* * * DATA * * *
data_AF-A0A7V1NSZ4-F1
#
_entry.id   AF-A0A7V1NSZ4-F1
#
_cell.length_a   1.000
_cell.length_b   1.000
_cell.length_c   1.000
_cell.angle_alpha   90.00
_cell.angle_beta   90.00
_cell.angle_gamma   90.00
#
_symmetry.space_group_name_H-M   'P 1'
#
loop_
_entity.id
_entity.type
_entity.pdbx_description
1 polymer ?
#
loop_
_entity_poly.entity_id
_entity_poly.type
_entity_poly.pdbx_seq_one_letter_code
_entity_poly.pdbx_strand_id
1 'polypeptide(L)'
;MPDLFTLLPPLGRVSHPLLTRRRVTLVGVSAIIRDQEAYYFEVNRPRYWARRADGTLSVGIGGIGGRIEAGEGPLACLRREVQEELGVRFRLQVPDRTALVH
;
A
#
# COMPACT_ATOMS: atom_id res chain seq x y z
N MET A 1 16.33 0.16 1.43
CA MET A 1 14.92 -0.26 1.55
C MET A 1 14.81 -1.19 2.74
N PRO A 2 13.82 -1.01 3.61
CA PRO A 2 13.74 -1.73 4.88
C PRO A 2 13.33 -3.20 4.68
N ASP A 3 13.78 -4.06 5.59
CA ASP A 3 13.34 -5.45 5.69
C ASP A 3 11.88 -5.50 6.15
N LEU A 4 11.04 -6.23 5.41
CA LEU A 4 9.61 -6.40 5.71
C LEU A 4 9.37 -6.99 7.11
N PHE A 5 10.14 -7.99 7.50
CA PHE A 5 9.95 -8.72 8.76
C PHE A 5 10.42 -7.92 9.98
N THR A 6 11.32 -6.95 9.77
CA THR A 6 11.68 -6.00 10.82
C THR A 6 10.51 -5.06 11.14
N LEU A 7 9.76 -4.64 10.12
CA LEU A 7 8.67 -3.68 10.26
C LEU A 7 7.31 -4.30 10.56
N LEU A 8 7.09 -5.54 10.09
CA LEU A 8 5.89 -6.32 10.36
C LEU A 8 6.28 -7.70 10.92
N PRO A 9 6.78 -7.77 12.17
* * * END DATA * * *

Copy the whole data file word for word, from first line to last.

data_AF-A0A7V1NSZ4-F1
#
_entry.id   AF-A0A7V1NSZ4-F1
#
_cell.length_a   1.000
_cell.length_b   1.000
_cell.length_c   1.000
_cell.angle_alpha   90.00
_cell.angle_beta   90.00
_cell.angle_gamma   90.00
#
_symmetry.space_group_name_H-M   'P 1'
#
loop_
_entity.id
_entity.type
_entity.pdbx_description
1 polymer ?
#
loop_
_entity_poly.entity_id
_entity_poly.type
_entity_poly.pdbx_seq_one_letter_code
_entity_poly.pdbx_strand_id
1 'polypeptide(L)'
;MPDLFTLLPPLGRVSHPLLTRRRVTLVGVSAIIRDQEAYYFEVNRPRYWARRADGTLSVGIGGIGGRIEAGEGPLACLRREVQEELGVRFRLQVPDRTALVH
;
A
#
# COMPACT_ATOMS: atom_id res chain seq x y z
N MET A 1 16.33 0.16 1.43
CA MET A 1 14.92 -0.26 1.55
C MET A 1 14.81 -1.19 2.74
N PRO A 2 13.82 -1.01 3.61
CA PRO A 2 13.74 -1.73 4.88
C PRO A 2 13.33 -3.20 4.68
N ASP A 3 13.78 -4.06 5.59
CA ASP A 3 13.34 -5.45 5.69
C ASP A 3 11.88 -5.50 6.15
N LEU A 4 11.04 -6.23 5.41
CA LEU A 4 9.61 -6.40 5.71
C LEU A 4 9.37 -6.99 7.11
N PHE A 5 10.14 -7.99 7.50
CA PHE A 5 9.95 -8.72 8.76
C PHE A 5 10.42 -7.92 9.98
N THR A 6 11.32 -6.95 9.77
CA THR A 6 11.68 -6.00 10.82
C THR A 6 10.51 -5.06 11.14
N LEU A 7 9.76 -4.64 10.12
CA LEU A 7 8.67 -3.68 10.26
C LEU A 7 7.31 -4.30 10.56
N LEU A 8 7.09 -5.54 10.09
CA LEU A 8 5.89 -6.32 10.36
C LEU A 8 6.28 -7.70 10.92
N PRO A 9 6.78 -7.77 12.17